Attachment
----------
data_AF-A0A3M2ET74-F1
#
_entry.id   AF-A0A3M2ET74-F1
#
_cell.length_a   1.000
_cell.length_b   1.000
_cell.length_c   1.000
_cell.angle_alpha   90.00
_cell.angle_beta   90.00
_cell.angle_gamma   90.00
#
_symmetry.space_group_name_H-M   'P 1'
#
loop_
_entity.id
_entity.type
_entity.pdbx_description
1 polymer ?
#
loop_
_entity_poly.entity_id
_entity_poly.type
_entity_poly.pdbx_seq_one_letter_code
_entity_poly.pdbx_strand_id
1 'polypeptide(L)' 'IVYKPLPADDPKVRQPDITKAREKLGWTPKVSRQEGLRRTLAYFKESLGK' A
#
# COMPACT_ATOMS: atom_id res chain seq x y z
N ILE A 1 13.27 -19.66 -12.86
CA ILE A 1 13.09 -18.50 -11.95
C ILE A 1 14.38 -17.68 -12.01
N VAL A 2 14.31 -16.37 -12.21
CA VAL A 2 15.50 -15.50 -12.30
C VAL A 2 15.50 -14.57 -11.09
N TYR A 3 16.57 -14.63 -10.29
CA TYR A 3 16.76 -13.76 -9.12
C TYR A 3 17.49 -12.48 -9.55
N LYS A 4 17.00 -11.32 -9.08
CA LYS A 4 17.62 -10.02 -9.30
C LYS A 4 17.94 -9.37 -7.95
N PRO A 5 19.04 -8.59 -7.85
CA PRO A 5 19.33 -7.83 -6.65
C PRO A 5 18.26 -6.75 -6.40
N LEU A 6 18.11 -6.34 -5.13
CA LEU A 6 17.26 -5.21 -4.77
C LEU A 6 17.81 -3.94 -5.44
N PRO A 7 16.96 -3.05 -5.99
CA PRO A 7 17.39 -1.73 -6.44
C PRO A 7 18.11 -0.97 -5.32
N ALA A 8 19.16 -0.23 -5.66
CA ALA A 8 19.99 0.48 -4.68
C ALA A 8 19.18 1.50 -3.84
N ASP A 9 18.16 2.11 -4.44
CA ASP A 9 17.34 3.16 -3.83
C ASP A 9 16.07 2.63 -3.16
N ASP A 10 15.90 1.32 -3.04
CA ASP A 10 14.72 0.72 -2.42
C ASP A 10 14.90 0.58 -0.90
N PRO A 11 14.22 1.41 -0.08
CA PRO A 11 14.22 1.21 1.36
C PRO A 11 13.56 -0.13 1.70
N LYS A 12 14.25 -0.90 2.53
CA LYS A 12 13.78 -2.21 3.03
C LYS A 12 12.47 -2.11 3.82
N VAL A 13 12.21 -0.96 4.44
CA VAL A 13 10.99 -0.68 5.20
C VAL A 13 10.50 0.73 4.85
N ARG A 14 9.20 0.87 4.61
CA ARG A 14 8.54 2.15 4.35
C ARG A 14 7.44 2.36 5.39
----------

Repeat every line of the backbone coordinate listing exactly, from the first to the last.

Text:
data_AF-A0A3M2ET74-F1
#
_entry.id   AF-A0A3M2ET74-F1
#
_cell.length_a   1.000
_cell.length_b   1.000
_cell.length_c   1.000
_cell.angle_alpha   90.00
_cell.angle_beta   90.00
_cell.angle_gamma   90.00
#
_symmetry.space_group_name_H-M   'P 1'
#
loop_
_entity.id
_entity.type
_entity.pdbx_description
1 polymer ?
#
loop_
_entity_poly.entity_id
_entity_poly.type
_entity_poly.pdbx_seq_one_letter_code
_entity_poly.pdbx_strand_id
1 'polypeptide(L)' 'IVYKPLPADDPKVRQPDITKAREKLGWTPKVSRQEGLRRTLAYFKESLGK' A
#
# COMPACT_ATOMS: atom_id res chain seq x y z
N ILE A 1 13.27 -19.66 -12.86
CA ILE A 1 13.09 -18.50 -11.95
C ILE A 1 14.38 -17.68 -12.01
N VAL A 2 14.31 -16.37 -12.21
CA VAL A 2 15.50 -15.50 -12.30
C VAL A 2 15.50 -14.57 -11.09
N TYR A 3 16.57 -14.63 -10.29
CA TYR A 3 16.76 -13.76 -9.12
C TYR A 3 17.49 -12.48 -9.55
N LYS A 4 17.00 -11.32 -9.08
CA LYS A 4 17.62 -10.02 -9.30
C LYS A 4 17.94 -9.37 -7.95
N PRO A 5 19.04 -8.59 -7.85
CA PRO A 5 19.33 -7.83 -6.65
C PRO A 5 18.26 -6.75 -6.40
N LEU A 6 18.11 -6.34 -5.13
CA LEU A 6 17.26 -5.21 -4.77
C LEU A 6 17.81 -3.94 -5.44
N PRO A 7 16.96 -3.05 -5.99
CA PRO A 7 17.39 -1.73 -6.44
C PRO A 7 18.11 -0.97 -5.32
N ALA A 8 19.16 -0.23 -5.66
CA ALA A 8 19.99 0.48 -4.68
C ALA A 8 19.18 1.50 -3.84
N ASP A 9 18.16 2.11 -4.44
CA ASP A 9 17.34 3.16 -3.83
C ASP A 9 16.07 2.63 -3.16
N ASP A 10 15.90 1.32 -3.04
CA ASP A 10 14.72 0.72 -2.42
C ASP A 10 14.90 0.58 -0.90
N PRO A 11 14.22 1.41 -0.08
CA PRO A 11 14.22 1.21 1.36
C PRO A 11 13.56 -0.13 1.70
N LYS A 12 14.25 -0.90 2.53
CA LYS A 12 13.78 -2.21 3.03
C LYS A 12 12.47 -2.11 3.82
N VAL A 13 12.21 -0.96 4.44
CA VAL A 13 10.99 -0.68 5.20
C VAL A 13 10.50 0.73 4.85
N ARG A 14 9.20 0.87 4.61
CA ARG A 14 8.54 2.15 4.35
C ARG A 14 7.44 2.36 5.39